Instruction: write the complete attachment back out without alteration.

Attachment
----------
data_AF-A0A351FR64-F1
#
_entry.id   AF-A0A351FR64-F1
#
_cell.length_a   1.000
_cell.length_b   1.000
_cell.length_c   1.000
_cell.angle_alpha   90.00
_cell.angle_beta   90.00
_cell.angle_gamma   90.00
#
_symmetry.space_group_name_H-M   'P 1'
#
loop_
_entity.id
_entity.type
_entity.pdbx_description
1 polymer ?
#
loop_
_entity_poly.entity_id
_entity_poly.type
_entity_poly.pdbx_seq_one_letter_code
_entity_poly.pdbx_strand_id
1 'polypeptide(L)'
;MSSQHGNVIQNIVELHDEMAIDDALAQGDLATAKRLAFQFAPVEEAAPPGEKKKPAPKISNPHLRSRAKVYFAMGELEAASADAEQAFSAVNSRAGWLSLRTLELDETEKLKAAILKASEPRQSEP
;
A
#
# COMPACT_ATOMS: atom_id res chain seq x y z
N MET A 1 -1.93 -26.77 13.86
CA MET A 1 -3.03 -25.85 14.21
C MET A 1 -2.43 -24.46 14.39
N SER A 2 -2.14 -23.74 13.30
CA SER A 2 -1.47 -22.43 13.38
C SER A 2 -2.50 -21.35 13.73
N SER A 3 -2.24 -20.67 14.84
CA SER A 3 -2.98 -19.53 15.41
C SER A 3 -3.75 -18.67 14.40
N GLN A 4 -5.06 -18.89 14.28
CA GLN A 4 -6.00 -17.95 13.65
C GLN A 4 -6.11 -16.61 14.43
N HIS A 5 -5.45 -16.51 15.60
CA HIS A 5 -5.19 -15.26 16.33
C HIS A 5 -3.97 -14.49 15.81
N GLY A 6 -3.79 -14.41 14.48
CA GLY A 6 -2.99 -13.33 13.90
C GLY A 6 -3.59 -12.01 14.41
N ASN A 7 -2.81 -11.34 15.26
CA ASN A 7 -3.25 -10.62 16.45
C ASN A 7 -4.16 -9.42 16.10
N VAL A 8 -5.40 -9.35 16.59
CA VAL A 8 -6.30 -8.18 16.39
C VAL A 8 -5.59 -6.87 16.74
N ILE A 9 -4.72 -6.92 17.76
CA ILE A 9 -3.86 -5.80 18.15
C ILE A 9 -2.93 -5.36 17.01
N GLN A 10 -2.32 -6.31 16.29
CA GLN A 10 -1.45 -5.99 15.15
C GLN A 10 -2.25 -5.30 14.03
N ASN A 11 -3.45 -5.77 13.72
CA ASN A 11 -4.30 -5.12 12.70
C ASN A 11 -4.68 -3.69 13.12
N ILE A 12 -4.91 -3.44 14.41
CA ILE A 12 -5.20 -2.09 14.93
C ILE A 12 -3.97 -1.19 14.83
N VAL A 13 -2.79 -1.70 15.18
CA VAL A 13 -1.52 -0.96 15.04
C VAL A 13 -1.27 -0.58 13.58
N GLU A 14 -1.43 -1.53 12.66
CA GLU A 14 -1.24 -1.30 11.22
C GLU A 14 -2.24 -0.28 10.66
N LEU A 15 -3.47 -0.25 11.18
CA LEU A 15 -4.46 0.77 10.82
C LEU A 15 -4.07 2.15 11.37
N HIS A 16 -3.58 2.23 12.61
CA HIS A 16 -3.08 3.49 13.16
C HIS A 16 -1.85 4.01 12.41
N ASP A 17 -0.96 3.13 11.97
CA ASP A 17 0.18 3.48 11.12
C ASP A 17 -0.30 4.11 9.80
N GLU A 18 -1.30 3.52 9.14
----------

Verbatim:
data_AF-A0A351FR64-F1
#
_entry.id   AF-A0A351FR64-F1
#
_cell.length_a   1.000
_cell.length_b   1.000
_cell.length_c   1.000
_cell.angle_alpha   90.00
_cell.angle_beta   90.00
_cell.angle_gamma   90.00
#
_symmetry.space_group_name_H-M   'P 1'
#
loop_
_entity.id
_entity.type
_entity.pdbx_description
1 polymer ?
#
loop_
_entity_poly.entity_id
_entity_poly.type
_entity_poly.pdbx_seq_one_letter_code
_entity_poly.pdbx_strand_id
1 'polypeptide(L)'
;MSSQHGNVIQNIVELHDEMAIDDALAQGDLATAKRLAFQFAPVEEAAPPGEKKKPAPKISNPHLRSRAKVYFAMGELEAASADAEQAFSAVNSRAGWLSLRTLELDETEKLKAAILKASEPRQSEP
;
A
#
# COMPACT_ATOMS: atom_id res chain seq x y z
N MET A 1 -1.93 -26.77 13.86
CA MET A 1 -3.03 -25.85 14.21
C MET A 1 -2.43 -24.46 14.39
N SER A 2 -2.14 -23.74 13.30
CA SER A 2 -1.47 -22.43 13.38
C SER A 2 -2.50 -21.35 13.73
N SER A 3 -2.24 -20.67 14.84
CA SER A 3 -2.98 -19.53 15.41
C SER A 3 -3.75 -18.67 14.40
N GLN A 4 -5.06 -18.89 14.28
CA GLN A 4 -6.00 -17.95 13.65
C GLN A 4 -6.11 -16.61 14.43
N HIS A 5 -5.45 -16.51 15.60
CA HIS A 5 -5.19 -15.26 16.33
C HIS A 5 -3.97 -14.49 15.81
N GLY A 6 -3.79 -14.41 14.48
CA GLY A 6 -2.99 -13.33 13.90
C GLY A 6 -3.59 -12.01 14.41
N ASN A 7 -2.81 -11.34 15.26
CA ASN A 7 -3.25 -10.62 16.45
C ASN A 7 -4.16 -9.42 16.10
N VAL A 8 -5.40 -9.35 16.59
CA VAL A 8 -6.30 -8.18 16.39
C VAL A 8 -5.59 -6.87 16.74
N ILE A 9 -4.72 -6.92 17.76
CA ILE A 9 -3.86 -5.80 18.15
C ILE A 9 -2.93 -5.36 17.01
N GLN A 10 -2.32 -6.31 16.29
CA GLN A 10 -1.45 -5.99 15.15
C GLN A 10 -2.25 -5.30 14.03
N ASN A 11 -3.45 -5.77 13.72
CA ASN A 11 -4.30 -5.12 12.70
C ASN A 11 -4.68 -3.69 13.12
N ILE A 12 -4.91 -3.44 14.41
CA ILE A 12 -5.20 -2.09 14.93
C ILE A 12 -3.97 -1.19 14.83
N VAL A 13 -2.79 -1.70 15.18
CA VAL A 13 -1.52 -0.96 15.04
C VAL A 13 -1.27 -0.58 13.58
N GLU A 14 -1.43 -1.53 12.66
CA GLU A 14 -1.24 -1.30 11.22
C GLU A 14 -2.24 -0.28 10.66
N LEU A 15 -3.47 -0.25 11.18
CA LEU A 15 -4.46 0.77 10.82
C LEU A 15 -4.07 2.15 11.37
N HIS A 16 -3.58 2.23 12.61
CA HIS A 16 -3.08 3.49 13.16
C HIS A 16 -1.85 4.01 12.41
N ASP A 17 -0.96 3.13 11.97
CA ASP A 17 0.18 3.48 11.12
C ASP A 17 -0.30 4.11 9.80
N GLU A 18 -1.30 3.52 9.14